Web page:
New research finds that men who undergo prostate removal often suffer more from incontinence and impotence than they expected, even when advised beforehand about possible after effects.
The findings suggest there's a wide gap between what men with prostate cancer expect after the surgery and what actually happens. It turns out that many are shocked by the level of dysfunction after the operation.
After the surgeries, "we find that men are very disappointed and very sad. It's as if they really didn't hear what was being told to them," said study lead author Daniela Wittmann, a sexual health coordinator at the University of Michigan's prostate cancer survivorship program.
Removal of the prostate, a treatment for prostate cancer, is especially common among younger men, while older men often turn to radiation, said Dr. Stephen Freedland, an associate professor of urology and pathology at Duke University in Durham, N.C. The procedure can lead to urinary incontinence, sometimes to the point where men need to wear padding, as well as difficulty attaining and maintaining an erection.
Prostate cancer is also sometimes treated with hormonal therapy, which can also lead to impotence and other serious side effects, or by "watchful waiting," which means having regular exams while doctors keep an eye on the tumour to see if it grows or spreads. The latter is usually recommended when physicians feel someone's age will allow them to outlive the generally slow-moving cancer.
The study appears in the August issue of the Journal of Urology.
The problem is that the prostate is located right next to the urinary sphincter and nerves that contribute to erections, Freedland said. The operation to remove the prostate can disrupt those other parts of the body.
Competition among doctors may cause them to downplay the risks, Freedland said. "If one doctor says, 'Look, almost everybody I operate on leaks a little bit,' and the guy next door says, 'None of my patients leak,' one of them is telling the truth and the other isn't."
Compassion can be another factor preventing physicians from telling the entire story about risks. And patients themselves may be overly hopeful due to human nature, he said. "You're going to always have a mismatch between realities and expectations."
The new study tries to measure that gap. A total of 152 men undergoing radical prostatectomy (prostate removal) took part in the study. They received full advice about the surgery and were questioned before the operation and then a year later.
The counsellors talked to the patients for about 20 to 45 minutes with a focus on side effects, said study lead author Wittmann. That's more time than patients typically get with a urologist, she said.
A year after the surgery, 46 percent reported that urinary incontinence was worse than expected, while 44 percent said the same about sexual function. Most of the rest said their experiences in those areas were what they expected.
The researchers concluded that patients had "unrealistic expectations" despite the extensive counselling about side effects. They also discovered that a minority of the men (12 to 17 percent) expected to have better bladder control and improved erections after the surgery, which is the opposite of what usually occurs. Many more had thought that their bladder and sexual functioning post-surgery would at least remain the same, they noted.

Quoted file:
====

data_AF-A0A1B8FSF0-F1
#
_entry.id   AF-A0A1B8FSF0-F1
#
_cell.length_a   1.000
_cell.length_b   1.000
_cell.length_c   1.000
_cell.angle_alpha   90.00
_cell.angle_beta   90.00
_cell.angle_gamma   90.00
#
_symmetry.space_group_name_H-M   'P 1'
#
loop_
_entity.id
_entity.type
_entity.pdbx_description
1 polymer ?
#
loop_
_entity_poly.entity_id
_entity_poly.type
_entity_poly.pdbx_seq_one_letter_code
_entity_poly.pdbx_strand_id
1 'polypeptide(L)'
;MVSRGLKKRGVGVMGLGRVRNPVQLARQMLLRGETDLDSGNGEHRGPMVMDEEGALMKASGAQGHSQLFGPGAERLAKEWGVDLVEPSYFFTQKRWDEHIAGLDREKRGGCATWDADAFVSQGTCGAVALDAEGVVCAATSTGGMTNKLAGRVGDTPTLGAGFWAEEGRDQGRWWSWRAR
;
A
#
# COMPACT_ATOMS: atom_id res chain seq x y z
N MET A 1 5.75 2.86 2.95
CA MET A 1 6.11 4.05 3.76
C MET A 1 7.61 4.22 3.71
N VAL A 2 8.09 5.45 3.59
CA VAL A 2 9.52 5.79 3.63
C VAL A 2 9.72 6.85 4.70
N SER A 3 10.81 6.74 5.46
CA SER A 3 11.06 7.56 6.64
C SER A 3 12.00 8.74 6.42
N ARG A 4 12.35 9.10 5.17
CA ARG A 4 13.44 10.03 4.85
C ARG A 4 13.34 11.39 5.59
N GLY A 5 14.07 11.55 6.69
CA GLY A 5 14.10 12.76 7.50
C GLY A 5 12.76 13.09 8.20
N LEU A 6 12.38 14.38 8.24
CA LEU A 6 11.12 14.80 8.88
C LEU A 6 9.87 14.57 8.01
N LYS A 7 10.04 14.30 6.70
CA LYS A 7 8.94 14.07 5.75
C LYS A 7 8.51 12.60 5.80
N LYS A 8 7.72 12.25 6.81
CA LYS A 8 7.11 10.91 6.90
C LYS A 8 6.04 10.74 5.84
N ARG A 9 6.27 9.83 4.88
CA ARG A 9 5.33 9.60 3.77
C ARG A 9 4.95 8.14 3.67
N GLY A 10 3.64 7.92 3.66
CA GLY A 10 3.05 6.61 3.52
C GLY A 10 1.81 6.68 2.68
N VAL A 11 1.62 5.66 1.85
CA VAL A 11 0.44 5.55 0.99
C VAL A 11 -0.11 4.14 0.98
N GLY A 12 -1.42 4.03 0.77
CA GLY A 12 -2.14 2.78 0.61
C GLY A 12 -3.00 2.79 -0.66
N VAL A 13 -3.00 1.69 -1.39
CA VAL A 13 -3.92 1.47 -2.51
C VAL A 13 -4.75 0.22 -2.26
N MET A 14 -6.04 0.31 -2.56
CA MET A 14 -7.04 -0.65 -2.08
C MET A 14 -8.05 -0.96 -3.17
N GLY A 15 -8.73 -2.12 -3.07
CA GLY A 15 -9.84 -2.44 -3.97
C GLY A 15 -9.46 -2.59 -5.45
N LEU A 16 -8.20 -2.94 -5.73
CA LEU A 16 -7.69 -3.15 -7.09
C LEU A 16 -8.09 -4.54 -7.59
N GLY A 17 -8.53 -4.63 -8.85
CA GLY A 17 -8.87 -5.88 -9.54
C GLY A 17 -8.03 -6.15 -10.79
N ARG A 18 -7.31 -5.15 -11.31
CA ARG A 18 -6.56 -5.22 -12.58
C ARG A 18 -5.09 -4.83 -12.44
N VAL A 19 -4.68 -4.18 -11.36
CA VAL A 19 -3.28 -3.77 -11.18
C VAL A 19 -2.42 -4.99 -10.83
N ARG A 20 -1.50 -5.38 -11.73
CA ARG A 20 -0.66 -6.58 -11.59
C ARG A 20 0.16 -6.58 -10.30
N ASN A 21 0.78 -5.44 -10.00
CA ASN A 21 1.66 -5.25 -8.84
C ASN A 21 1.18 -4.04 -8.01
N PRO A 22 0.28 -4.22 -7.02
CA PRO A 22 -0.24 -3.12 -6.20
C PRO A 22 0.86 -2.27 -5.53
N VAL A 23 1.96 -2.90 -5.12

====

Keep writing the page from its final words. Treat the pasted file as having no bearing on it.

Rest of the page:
Wittmann said the researchers plan to test another approach -- two-hour seminars for the patients and their partners about side effects, including tips men can use to try to alleviate them. "It includes the kinds of things that men can do to help themselves
afterward," she said. "It's not just information on what you can expect, but what you can do."
My last test came out with an unlikely result of 2 ?!
I am seriously wondering if PSA tests are accurate at such low figures.
Please don’t ask me how that has been achieved, because I have no idea ! I began in January with 1.9 and it reached a high of 2.8 so. If the urologist who did the operation had not personally told me that I had prostate cancer with a Gleason score of 3+3 I would be thinking I did not have PC.
For most of the month I have been merely having three OxCgen capsules, apricot seeds and my honey and bicarb mix.
My hands are still painful with some arthritic pain so I am off Vit C and as I said will leave that, (using IV) for any high, high PSA figure which may occur in the future.
I note that the immune system can be jolted out of kilter and begin to attack the body. So am now looking around for a method of resetting, rebooting it back to a ‘normal’ setting.
Acupuncture may work I am looking in to that.
Please note that this is a reminder that what I am doing is not a recommendation for you to do the same.
It is just an opportunity for you to see what may happen if you opt for an alternative method of cancer treatment.
Saw Palmetto is Rubbish ?
A popular herbal supplement bought by men to relieve discomfort caused by an enlarged prostate does not work, say experts.
It must be my age but I am very wary of experts ? ‘Who are they’ as a non celebrity in the Big Brother said some years ago. Actually I think she said ‘who is she’ come to think of it.
But what do we find ? Professor Gerald Andriole, from the Washington University School of Medicine in St Louis is the study leader. The completed research was published in the Journal of the American Medical Association.
If you are part of an organisation which sells prostate products it must be to your organisation benefit if you can denigrate one of the alternative products which is taking away sales from your products.
Read more:- http://www.dailymail.co.uk/health/article-2042966/Herbal-supplement-saw-palmetto-used-treat-prostate-problems-does-work.html#ixzz1ZQh7ALKJ